BNY Mellon bullish on earnings and spread costs, but cautious on deposits

“We expect this [deposit] moderate growth in the second half of the year, and we expect our balances to decline following the issuance of Treasury bills,” BNY Mellon Chief Financial Officer Dermot McDonogh told analysts.

Mark Kauzlarich/Bloomberg

Bank of New York Mellon says it is living up to the forecast it made earlier in the year for strong net interest income growth in 2023 and assures it can continue to control spending.

At the same time, the $430.4 billion asset trust bank warned of an impending decline in deposit balances and reported lower fee income in the second quarter.

BNY Mellon beat analysts’ expectations with profits of $1 billion for the three months ending June 30, on the back of record quarterly operating revenue of $4.5 billion.

Its second quarter results validated Chief Financial Officer Dermot McDonogh’s forecast following the company’s first quarter earnings report, when he called for robust growth in net interest income “with some upward bias.”

Revenue rose 5% year-over-year, while BNY Mellon held expenses, which totaled $3.1 billion, flat on a quarterly and year-over-year basis. Chairman and CEO Robin Vince credited BNY Mellon with “good financial performance in a very dynamic operating environment” on Tuesday.

Expenses proved to be a particular bright spot. In January, the company pledged to halve the 2022 rate of increase, which stood at 8%. Now, halfway through 2023, BNYMellon thinks it might be able to limit the rate of increase – excluding notable items and the impact of exchange rates – to 3% this year.

“We have an increasingly firm grip on our spend base,” Vince said on a conference call with investor analysts.

In a research note last week, Jefferies analyst Ken Usdin wrote that spending controls will play an increasingly important role for all trusted banks as deposit runoff and funding costs higher threaten to reduce net interest income in the future.

Morningstar analyst Rajiv Bhatia called BNY Mellon’s second-quarter cost figures a “good result given the current inflationary environment,” in a research note Tuesday.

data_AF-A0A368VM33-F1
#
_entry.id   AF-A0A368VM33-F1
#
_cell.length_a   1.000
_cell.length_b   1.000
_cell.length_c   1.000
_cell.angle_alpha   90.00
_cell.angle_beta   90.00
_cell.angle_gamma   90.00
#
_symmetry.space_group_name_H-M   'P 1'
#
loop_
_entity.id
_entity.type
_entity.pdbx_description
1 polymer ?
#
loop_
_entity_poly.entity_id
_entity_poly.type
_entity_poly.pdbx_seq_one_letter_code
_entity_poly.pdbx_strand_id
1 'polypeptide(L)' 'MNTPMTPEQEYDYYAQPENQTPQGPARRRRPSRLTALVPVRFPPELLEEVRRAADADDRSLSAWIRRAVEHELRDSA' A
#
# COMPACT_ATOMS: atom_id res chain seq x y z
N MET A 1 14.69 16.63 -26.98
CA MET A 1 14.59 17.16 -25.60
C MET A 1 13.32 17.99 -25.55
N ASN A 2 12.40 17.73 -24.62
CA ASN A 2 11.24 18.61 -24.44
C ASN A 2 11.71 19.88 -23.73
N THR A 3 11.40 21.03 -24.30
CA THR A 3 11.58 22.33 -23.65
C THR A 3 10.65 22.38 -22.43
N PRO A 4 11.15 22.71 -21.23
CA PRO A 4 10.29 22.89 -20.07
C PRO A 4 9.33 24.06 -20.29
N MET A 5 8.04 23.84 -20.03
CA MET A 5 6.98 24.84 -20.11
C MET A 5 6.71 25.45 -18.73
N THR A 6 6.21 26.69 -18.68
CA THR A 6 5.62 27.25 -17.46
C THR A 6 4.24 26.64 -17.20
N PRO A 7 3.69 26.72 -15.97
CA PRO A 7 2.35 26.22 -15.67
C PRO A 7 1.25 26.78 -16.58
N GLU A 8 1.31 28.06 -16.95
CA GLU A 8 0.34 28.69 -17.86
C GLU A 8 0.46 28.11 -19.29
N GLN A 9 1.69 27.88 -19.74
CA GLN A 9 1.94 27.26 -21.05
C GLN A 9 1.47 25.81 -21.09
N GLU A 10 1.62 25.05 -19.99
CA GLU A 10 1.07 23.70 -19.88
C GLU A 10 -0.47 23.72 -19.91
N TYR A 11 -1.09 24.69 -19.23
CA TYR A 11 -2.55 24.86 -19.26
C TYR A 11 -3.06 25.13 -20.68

BNY Mellon reported a higher-than-expected level of deposits, totaling $277 billion on June 30, but both Vince and McDonogh predicted the trend would reverse in the second half of 2023 as banks, corporate clients and state and local governments were moving money into higher-yielding Treasury securities.

“We expect this growth to moderate in the second half of the year, and we expect our balances to decline following the Treasury issuance,” McDonough said. A shift to Treasuries could put pressure on deposits “across the industry in the months ahead,” McDonogh added.

The other big driver of BNY Mellon’s earnings advance was net interest income, which jumped 33% year-over-year to $1.1 billion. McDonogh left unchanged its earlier projection of 20% net interest income growth in 2023. “We are very pleased with where we ended the first half of the year and we believe we are on very good bases for the second half,” McDonogh said on the call.

Commission revenue, BNY Mellon’s main source of revenue, fell 2% year-over-year to $3.3 billion.

Reinforcing its status as the world’s largest depository bank, BNY Mellon announced a 9% increase in assets under custody or under administration to $46.9 trillion. The company’s flagship securities services business segment grew revenue 12% year-over-year to $2.24 billion, representing a pretax profit margin of 29%.

The Market and Heritage Services business unit saw revenue increase 10% year-over-year to $1.45 billion. Given the segment’s 46% pre-tax profit margin, it’s no surprise that BNY Mellon is investing in it. “We’re putting big budgets into it,” McDonogh said, citing the Wove open-architecture wealth management platform for investment advisers that BNY Mellon unveiled in June. Wove’s trials have gone well, with “the customer pipeline growing well,” according to Vince.

BNY Mellon experienced headwinds during the quarter. Last month, the company discovered that its ability to expand into the cryptocurrency custody space could be limited by a Securities and Exchange Commission Accounting Bulletin that forces custodians of digital assets to put them on the balance sheet, which creates capital issues.

According to Bhatia, BNY Mellon reported a “decent” second quarter. Investors seemed to agree, pushing the company’s stock price up more than 4% to $45.33 on Tuesday.